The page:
How to care for a freshly planted tree?

Discussion in 'After Hours Lounge (Off Topic)' started by Philip Hamm, Mar 29, 2004.

  1. Philip Hamm

    Philip Hamm Lead Actor

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    The developer in my new neighborhood planted a brand new tree in front of my house over the weekend. What should I do to take care of it? I would like a nice big healthy sidewalk-eating tree in the future, as I intend to be here for a long time.
     
  2. Jason_Els

    Jason_Els Screenwriter

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    Find out what kind of tree it is first. That will dictate what kind of care it needs but freshly planted anything likes to have a lot of water to help regenerate after the shock of being transplanted. Couldn't tell you more without knowing more about it.
     
  3. Bryan X

    Bryan X Producer

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    Plenty of water is important. But don't overdo it or you can end up with root rot.
     
  4. Jeff Pryor

    Jeff Pryor Supporting Actor

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    As long as it was planted with it's rootball intact, there was probably little if no transplant shock. Leave it alone and let it grow. Only water it if it gets too hot and dry outside.
     
  5. andrew markworthy

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    It's a bit late now, but ideally you should plant a tube that goes round the root ball and pokes out to the surface. That way you can water the roots directly without wasting gallons on watering the grass around the tree. I'd say water it every few days around the outside of where you think the roots are (to encourage the roots to grow out) for the next month or so and then for the next year give it a watering if you've got a dry spell. Note that you will need far more water than for e.g. a bush or flowers (I know this sounds obvious to most people, but there are those who don't know this).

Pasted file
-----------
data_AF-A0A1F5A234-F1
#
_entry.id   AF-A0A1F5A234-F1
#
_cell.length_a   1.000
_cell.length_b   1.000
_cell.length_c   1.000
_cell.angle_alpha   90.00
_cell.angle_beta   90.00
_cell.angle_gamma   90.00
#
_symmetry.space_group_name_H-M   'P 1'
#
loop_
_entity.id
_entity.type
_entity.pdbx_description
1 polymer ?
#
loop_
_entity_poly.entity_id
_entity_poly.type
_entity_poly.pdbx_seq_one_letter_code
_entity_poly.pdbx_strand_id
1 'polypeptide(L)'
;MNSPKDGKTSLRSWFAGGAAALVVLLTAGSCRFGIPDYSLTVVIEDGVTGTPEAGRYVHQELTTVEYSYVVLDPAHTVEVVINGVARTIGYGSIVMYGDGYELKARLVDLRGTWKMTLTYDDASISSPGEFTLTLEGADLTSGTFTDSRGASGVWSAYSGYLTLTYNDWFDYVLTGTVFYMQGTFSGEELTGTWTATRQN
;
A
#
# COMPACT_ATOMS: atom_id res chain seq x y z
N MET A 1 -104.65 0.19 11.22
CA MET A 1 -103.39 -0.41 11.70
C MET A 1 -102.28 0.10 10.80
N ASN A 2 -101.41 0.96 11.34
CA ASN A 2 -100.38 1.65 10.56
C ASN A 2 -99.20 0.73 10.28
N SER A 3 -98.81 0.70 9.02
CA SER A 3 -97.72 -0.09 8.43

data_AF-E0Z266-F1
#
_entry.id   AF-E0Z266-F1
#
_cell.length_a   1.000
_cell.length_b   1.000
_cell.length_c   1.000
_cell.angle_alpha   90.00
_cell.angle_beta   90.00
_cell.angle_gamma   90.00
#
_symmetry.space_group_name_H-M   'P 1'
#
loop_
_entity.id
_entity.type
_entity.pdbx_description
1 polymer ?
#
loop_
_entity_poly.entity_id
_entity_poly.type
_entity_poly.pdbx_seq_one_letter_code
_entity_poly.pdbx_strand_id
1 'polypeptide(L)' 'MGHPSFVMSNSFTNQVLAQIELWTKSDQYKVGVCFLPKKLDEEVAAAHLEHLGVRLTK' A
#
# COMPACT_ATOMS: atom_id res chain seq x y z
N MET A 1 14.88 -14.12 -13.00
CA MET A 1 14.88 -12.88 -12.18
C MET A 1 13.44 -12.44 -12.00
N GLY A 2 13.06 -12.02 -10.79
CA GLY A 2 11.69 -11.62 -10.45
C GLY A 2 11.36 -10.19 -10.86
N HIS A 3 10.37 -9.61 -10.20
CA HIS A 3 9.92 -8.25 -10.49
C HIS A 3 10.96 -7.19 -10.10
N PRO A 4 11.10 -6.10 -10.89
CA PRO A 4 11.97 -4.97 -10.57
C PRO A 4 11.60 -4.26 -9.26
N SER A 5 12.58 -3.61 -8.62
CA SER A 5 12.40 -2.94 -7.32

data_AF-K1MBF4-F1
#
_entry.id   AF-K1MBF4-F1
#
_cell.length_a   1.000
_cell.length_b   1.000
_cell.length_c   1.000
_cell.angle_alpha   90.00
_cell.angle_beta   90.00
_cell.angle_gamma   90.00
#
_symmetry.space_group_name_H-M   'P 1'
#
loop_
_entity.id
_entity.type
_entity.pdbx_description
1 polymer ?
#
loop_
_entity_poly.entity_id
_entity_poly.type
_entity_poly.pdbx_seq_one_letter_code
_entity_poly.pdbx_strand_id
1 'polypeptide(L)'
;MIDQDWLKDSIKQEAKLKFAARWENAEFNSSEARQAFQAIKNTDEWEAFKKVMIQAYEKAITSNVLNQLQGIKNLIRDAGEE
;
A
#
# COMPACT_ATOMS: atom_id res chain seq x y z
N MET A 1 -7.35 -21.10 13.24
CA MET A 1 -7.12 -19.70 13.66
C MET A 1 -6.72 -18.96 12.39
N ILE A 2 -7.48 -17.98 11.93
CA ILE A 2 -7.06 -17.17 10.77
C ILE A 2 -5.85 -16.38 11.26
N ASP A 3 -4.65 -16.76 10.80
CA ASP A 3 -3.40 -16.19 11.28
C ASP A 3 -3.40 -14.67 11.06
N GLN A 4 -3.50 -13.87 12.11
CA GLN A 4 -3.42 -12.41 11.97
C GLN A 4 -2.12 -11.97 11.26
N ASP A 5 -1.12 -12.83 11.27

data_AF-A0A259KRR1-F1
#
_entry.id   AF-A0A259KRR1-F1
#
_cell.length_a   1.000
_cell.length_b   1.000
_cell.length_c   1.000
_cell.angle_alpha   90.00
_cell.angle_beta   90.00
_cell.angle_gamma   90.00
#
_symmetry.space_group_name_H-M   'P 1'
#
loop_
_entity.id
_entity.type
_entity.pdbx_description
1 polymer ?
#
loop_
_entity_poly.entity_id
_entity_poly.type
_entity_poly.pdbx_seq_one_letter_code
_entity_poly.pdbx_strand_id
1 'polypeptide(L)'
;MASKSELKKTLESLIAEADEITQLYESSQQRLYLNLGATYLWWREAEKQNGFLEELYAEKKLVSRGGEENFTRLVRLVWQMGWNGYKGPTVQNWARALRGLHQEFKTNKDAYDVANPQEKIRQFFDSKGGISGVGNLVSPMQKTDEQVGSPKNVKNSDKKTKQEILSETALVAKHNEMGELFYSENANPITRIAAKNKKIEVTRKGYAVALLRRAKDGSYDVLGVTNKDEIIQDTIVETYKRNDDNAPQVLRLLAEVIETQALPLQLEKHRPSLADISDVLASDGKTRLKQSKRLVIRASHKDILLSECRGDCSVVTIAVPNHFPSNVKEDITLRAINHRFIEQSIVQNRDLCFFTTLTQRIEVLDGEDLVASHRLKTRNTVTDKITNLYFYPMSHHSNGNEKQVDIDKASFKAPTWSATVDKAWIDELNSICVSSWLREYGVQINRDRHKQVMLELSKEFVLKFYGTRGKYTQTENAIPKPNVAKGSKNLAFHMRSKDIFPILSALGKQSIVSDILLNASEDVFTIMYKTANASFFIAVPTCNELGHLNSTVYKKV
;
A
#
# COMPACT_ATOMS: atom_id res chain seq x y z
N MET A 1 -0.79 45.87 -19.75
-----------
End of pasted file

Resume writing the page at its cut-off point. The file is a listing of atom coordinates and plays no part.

How big is the tree, and what type? If it's still a sapling and you tend to get high winds, then you should think about staking it for the first couple of years. If it's a water-hungry tree (e.g. most willows) then I hope it's a good way from any foundations or water or sewage pipes.
     
  6. Philip Hamm

    Philip Hamm Lead Actor

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    They guys who planted it, when I asked, said that it's Maple, but I don't know yet. I noticed when I went out to my car this morning that there was a large wet spot in the mulch on both trees. They are planted between the sidewalk and the street, so technically they belong to the neighborhood not me. I think the developer is caring for them. They are about 10 feet high, and are staked.
     
  7. BrianW

    BrianW Cinematographer

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    If it's a Silver Maple, kill it. I don't know if Silver Maples grow in your area, but those trees are worse than useless. Sugar Maples, Red Maples, Japanese Maples, and Rock Maples are great trees, however. I think all of these varieties grow in your area.

    If it's a Japanese Maple (not likely if it's a ten-foot-tall sapling), then I hope it gets a little shade during the day. Those trees don't do well in full sun.

    I don't know how easements work in your neighborhood, but in Texas, even though the land between the sidewalk and the street is owned by the city, I am taxed with the responsibility of caring for it. This means I have to do all the mowing, weeding, watering, and fertilizing.
     
  8. Philip Hamm

    Philip Hamm Lead Actor

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    The builder came by and planted 9 trees and a whole bunch of bushes as part of our "standard landscaping" package yesterday. The front landscaping is on a timer attached to my spiget that has a hose going out planted under the mulch to water the roots of the trees and bushes in the front. Nice. Ugly Holly next to the garage, a bunch of trees, cherry, maple, you name it in the back. They left instructions on how to care for them, and we got a soaking rain last night.
     

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